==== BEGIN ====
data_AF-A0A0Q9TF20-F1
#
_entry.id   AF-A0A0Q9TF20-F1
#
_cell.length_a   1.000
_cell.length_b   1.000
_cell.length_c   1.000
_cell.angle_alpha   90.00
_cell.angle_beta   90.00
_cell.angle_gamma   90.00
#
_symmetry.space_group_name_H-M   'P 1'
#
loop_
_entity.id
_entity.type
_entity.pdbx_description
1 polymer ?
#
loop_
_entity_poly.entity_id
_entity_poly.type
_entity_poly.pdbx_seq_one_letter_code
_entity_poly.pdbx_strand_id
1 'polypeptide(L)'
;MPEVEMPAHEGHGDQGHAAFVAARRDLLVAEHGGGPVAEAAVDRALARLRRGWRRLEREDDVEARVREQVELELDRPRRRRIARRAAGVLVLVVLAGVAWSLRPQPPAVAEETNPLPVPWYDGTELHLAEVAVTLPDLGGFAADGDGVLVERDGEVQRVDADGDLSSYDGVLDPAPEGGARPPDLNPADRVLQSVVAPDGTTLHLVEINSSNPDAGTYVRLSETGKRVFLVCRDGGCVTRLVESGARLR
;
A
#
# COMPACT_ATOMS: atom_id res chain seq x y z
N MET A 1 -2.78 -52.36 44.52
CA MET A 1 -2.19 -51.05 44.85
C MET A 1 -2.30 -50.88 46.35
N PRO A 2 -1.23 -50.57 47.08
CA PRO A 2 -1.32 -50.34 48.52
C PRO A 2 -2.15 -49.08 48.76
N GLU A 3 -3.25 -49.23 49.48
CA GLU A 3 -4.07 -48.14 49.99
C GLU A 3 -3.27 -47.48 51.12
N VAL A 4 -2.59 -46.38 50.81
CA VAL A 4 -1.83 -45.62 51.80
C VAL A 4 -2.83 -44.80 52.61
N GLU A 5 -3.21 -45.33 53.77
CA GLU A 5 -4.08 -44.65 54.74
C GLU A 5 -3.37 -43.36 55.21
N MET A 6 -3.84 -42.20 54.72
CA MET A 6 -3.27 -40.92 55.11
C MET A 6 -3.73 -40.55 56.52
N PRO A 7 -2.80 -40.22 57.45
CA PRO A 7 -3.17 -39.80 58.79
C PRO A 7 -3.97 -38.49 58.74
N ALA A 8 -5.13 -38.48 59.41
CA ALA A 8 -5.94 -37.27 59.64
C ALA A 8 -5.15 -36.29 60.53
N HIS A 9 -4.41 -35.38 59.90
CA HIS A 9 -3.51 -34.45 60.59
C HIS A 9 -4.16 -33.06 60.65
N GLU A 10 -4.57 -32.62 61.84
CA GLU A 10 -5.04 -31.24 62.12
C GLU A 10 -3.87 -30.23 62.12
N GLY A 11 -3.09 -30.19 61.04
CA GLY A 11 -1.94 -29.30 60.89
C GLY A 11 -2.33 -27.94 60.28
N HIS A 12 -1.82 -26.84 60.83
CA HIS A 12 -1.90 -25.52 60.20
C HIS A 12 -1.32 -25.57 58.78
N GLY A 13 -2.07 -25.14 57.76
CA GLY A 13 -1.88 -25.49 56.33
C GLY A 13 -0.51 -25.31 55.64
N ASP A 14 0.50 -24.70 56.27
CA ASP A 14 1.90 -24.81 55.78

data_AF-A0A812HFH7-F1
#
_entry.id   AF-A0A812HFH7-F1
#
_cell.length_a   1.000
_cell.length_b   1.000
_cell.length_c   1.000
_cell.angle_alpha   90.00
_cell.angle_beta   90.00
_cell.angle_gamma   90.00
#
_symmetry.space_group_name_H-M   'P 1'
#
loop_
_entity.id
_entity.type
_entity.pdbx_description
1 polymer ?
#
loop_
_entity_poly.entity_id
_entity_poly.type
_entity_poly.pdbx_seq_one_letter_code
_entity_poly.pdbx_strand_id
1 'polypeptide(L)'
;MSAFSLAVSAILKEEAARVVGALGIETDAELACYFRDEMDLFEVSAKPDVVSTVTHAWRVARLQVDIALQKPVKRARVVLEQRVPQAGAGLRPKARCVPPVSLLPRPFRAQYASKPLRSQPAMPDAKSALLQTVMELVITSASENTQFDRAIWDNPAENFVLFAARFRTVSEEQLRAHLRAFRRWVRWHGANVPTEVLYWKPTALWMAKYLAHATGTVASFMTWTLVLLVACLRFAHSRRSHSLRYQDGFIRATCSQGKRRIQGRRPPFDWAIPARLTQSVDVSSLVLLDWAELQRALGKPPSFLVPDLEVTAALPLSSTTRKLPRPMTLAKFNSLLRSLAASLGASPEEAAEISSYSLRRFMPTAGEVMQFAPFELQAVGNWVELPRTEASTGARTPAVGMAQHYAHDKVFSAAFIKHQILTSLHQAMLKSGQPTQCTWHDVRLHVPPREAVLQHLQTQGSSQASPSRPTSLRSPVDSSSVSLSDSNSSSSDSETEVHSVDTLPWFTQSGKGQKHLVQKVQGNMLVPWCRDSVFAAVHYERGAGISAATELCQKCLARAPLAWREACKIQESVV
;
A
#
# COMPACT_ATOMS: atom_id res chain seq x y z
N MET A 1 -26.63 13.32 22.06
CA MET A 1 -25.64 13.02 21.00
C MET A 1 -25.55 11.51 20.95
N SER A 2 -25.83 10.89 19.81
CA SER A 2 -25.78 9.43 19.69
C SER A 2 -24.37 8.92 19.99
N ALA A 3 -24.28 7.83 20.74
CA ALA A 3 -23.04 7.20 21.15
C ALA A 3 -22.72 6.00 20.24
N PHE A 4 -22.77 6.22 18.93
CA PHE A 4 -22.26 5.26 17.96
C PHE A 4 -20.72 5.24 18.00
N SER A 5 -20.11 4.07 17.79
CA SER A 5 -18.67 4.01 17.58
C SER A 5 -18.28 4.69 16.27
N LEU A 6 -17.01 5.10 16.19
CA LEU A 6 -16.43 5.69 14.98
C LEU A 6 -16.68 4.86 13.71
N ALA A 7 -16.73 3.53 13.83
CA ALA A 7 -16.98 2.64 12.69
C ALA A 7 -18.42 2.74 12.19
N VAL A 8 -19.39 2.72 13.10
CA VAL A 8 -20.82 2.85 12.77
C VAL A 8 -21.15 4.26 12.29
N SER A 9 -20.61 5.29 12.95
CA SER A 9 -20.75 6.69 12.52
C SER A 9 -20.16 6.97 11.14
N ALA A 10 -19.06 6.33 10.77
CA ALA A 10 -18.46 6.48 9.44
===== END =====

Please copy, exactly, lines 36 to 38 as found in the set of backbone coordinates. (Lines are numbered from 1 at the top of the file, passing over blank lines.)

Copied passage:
C PRO A 2 -2.15 -49.08 48.76
N GLU A 3 -3.25 -49.23 49.48
CA GLU A 3 -4.07 -48.14 49.99